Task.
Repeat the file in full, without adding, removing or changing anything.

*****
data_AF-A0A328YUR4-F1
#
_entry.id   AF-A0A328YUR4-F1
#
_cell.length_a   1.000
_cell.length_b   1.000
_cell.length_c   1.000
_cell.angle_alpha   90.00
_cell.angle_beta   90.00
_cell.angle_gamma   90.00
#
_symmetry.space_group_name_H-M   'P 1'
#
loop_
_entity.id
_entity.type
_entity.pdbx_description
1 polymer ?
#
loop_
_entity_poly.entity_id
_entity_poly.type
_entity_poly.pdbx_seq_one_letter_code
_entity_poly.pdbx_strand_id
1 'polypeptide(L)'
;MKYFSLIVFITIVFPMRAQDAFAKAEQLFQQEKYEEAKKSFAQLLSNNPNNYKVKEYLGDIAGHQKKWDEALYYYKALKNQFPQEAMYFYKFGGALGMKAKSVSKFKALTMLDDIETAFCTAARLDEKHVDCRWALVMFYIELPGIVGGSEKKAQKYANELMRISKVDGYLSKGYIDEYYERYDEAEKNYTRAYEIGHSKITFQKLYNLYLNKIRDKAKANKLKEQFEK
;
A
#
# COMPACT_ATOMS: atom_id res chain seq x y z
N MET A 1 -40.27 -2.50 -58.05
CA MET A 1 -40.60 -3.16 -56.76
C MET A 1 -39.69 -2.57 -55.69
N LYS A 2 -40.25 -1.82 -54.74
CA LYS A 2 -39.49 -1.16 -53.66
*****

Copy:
data_AF-A0A328YUR4-F1
#
_entry.id   AF-A0A328YUR4-F1
#
_cell.length_a   1.000
_cell.length_b   1.000
_cell.length_c   1.000
_cell.angle_alpha   90.00
_cell.angle_beta   90.00
_cell.angle_gamma   90.00
#
_symmetry.space_group_name_H-M   'P 1'
#
loop_
_entity.id
_entity.type
_entity.pdbx_description
1 polymer ?
#
loop_
_entity_poly.entity_id
_entity_poly.type
_entity_poly.pdbx_seq_one_letter_code
_entity_poly.pdbx_strand_id
1 'polypeptide(L)'
;MKYFSLIVFITIVFPMRAQDAFAKAEQLFQQEKYEEAKKSFAQLLSNNPNNYKVKEYLGDIAGHQKKWDEALYYYKALKNQFPQEAMYFYKFGGALGMKAKSVSKFKALTMLDDIETAFCTAARLDEKHVDCRWALVMFYIELPGIVGGSEKKAQKYANELMRISKVDGYLSKGYIDEYYERYDEAEKNYTRAYEIGHSKITFQKLYNLYLNKIRDKAKANKLKEQFEK
;
A
#
# COMPACT_ATOMS: atom_id res chain seq x y z
N MET A 1 -40.27 -2.50 -58.05
CA MET A 1 -40.60 -3.16 -56.76
C MET A 1 -39.69 -2.57 -55.69
N LYS A 2 -40.25 -1.82 -54.74
CA LYS A 2 -39.49 -1.16 -53.66